So, I've been in the country for ten days. Basically, rehab with pasties.
There's something about the fresh country air (or maybe it's the boredom) that puts you early to bed with barely half a bottle of Lidl plonk inside you.
I've hardly missed smoking - except when watching Poirot with the parents, which is such an orgy of chainsmoking that the effect on me is like the brainwashing scene in Clockwork Orange ("must... not... rape... Eleanor... Bron...").
My reasons for country living are many. For a start, I miss the folks. Then there's a couple of projects to finish off, plus the bonus that being at home for two weeks costs nothing, meaning that I can finally cross "economy drive" off my to-do list (No wonder rural dwellers are addicted to drugs and online poker - there is nothing else to spend it on apart from houses. More of which later).
Finally, of course, my parents REALLY miss the cat. I'm now incidental to their plans. "Oh, are you staying?" my mothers asks as I get through the door. The cat eyes me, smugly, allowing my mother to scoop it up while cooing "Who's mummy's best love? Youare-youare-youare!"
My parents are fascinated about every aspect of the cat in a way that makes me pray it wasn't like this when I was a toddler. They'll comb through her litter tray like it's an episode of Time Team ("ooh, a solid. Isn't she a good girl?").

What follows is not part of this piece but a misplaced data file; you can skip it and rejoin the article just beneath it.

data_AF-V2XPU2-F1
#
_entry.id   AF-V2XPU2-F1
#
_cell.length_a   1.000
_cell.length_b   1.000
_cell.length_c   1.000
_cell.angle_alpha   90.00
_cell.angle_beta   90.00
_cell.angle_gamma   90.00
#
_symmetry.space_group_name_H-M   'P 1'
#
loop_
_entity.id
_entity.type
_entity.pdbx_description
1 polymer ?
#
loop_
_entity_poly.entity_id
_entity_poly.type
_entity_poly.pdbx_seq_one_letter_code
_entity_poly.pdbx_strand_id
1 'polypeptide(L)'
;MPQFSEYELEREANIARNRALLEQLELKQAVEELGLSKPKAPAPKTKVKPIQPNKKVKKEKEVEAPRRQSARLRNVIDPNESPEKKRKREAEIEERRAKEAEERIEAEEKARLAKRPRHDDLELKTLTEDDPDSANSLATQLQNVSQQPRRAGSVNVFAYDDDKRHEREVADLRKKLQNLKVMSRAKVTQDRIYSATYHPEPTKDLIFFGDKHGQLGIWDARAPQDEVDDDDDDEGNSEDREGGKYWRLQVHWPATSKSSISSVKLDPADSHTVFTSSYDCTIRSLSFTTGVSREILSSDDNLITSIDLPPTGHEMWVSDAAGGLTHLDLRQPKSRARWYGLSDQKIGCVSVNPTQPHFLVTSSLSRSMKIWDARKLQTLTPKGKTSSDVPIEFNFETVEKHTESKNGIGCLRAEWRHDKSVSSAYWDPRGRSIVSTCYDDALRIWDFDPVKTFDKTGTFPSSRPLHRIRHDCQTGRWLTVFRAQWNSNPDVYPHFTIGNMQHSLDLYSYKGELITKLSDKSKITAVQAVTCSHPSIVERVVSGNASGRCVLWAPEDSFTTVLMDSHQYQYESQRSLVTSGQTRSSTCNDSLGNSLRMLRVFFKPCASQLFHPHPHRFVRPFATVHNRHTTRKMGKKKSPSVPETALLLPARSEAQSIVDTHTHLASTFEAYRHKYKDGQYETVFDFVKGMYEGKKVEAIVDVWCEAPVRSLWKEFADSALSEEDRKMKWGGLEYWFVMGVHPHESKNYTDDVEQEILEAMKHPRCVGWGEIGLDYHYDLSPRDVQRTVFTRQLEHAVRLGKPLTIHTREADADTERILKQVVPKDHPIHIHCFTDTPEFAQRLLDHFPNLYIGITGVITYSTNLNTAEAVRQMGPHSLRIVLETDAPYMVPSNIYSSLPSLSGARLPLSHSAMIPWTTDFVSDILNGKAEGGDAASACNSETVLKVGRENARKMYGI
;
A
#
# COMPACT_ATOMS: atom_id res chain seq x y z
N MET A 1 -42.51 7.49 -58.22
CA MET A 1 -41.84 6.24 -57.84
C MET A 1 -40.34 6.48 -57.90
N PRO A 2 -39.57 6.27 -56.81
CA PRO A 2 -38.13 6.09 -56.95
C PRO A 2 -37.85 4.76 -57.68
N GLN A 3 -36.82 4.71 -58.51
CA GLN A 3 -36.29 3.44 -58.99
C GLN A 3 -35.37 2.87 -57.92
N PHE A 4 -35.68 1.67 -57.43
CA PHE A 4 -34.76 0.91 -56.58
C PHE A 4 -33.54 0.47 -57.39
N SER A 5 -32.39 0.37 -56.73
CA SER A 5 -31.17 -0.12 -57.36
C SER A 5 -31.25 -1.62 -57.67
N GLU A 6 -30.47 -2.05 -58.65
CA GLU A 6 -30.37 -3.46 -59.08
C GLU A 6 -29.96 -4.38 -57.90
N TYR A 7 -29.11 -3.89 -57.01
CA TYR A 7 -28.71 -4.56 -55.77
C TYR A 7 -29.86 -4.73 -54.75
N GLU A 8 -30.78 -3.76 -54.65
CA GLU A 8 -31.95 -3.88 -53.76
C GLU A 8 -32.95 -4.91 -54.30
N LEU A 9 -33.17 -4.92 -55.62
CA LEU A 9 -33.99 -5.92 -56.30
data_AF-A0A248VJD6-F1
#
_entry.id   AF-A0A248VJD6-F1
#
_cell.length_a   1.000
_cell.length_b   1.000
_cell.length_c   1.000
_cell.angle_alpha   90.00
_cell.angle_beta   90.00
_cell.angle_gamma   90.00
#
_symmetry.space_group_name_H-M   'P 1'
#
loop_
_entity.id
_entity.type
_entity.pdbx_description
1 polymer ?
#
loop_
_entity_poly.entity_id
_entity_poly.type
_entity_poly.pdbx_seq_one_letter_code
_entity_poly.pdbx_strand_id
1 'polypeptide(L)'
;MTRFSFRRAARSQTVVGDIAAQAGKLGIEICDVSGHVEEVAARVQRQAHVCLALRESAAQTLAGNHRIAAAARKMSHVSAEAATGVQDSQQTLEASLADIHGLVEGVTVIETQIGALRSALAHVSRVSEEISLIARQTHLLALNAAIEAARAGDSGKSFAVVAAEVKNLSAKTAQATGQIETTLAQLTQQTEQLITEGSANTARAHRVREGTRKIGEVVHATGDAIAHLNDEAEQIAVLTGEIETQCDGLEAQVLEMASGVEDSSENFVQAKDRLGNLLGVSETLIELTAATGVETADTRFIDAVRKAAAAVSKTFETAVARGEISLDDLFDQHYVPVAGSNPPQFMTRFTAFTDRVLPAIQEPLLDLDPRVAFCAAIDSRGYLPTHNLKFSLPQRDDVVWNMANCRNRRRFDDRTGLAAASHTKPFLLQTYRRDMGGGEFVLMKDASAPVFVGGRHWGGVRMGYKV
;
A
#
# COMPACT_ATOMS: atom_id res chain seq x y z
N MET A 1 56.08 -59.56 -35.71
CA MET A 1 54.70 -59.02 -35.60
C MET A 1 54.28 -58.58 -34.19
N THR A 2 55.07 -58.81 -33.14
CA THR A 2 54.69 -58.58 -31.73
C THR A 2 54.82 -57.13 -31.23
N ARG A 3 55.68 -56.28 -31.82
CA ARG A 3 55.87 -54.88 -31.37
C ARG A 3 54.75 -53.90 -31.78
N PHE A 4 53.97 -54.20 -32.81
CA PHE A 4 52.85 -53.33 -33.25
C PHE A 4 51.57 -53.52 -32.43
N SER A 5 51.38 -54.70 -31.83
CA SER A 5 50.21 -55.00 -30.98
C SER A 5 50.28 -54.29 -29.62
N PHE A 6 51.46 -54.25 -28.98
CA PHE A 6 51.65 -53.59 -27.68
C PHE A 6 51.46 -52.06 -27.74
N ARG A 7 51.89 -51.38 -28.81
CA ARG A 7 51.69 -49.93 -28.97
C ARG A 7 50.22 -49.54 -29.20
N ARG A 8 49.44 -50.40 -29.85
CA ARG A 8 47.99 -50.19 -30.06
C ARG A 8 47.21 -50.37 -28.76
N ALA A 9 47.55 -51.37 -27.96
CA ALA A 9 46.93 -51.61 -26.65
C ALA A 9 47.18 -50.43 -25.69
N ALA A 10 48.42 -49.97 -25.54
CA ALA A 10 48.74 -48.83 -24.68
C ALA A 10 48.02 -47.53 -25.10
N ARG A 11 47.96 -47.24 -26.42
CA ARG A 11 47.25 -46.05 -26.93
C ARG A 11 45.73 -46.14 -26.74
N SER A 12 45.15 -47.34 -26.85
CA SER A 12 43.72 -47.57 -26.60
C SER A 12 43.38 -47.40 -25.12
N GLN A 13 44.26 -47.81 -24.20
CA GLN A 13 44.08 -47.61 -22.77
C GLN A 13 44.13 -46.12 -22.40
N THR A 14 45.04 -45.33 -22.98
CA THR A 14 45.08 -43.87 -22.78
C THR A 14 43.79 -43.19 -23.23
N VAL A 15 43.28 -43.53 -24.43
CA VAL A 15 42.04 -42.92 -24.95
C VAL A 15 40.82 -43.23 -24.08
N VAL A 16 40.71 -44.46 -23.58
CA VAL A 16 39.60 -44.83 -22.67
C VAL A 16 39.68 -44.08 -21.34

It's endearingly crackers... only, it turns out my parents are busy being very ill. Naturally, they don't really tell me (as a family, we just don't speak of these things), but their decision to bide out their twilight years on a hill in the middle of nowhere is now threatened by Dad's cataracts and Mum's glaucoma. Legally, neither of them is supposed to be driving.
It's at times like this that I realise what a disappointment I am to them. I'm sure somewhere my Dad has a list (he likes lists) that goes:
- can't play cricket
- didn't join the scouts
- not a lawyer
- not a mason
- failed five driving tests
The fact that I can't drive and they aren't allowed to hasn't stopped us from embarking on a merciless regime of Mr Magoo-style day trips "while we still can". In the last fortnight I've had my fill of stately homes, gardens, and small market towns. My mother's ecstatic "ooh look at that view" now seems oddly poignant, which doesn't help.
We'll get back home with a final crunch of gears and last scrape of car against fence in the late afternoon. Hardly has the rear wheel bumped to a halt against the garage wall than my mother will rush indoors. Just as I have a list of failures, my mother has a list of successes. For the cat. It goes:
- it poos
- it sleeps
- it eats
- it purrs
- it snores
Clearly, after me, she set the bar very low indeed.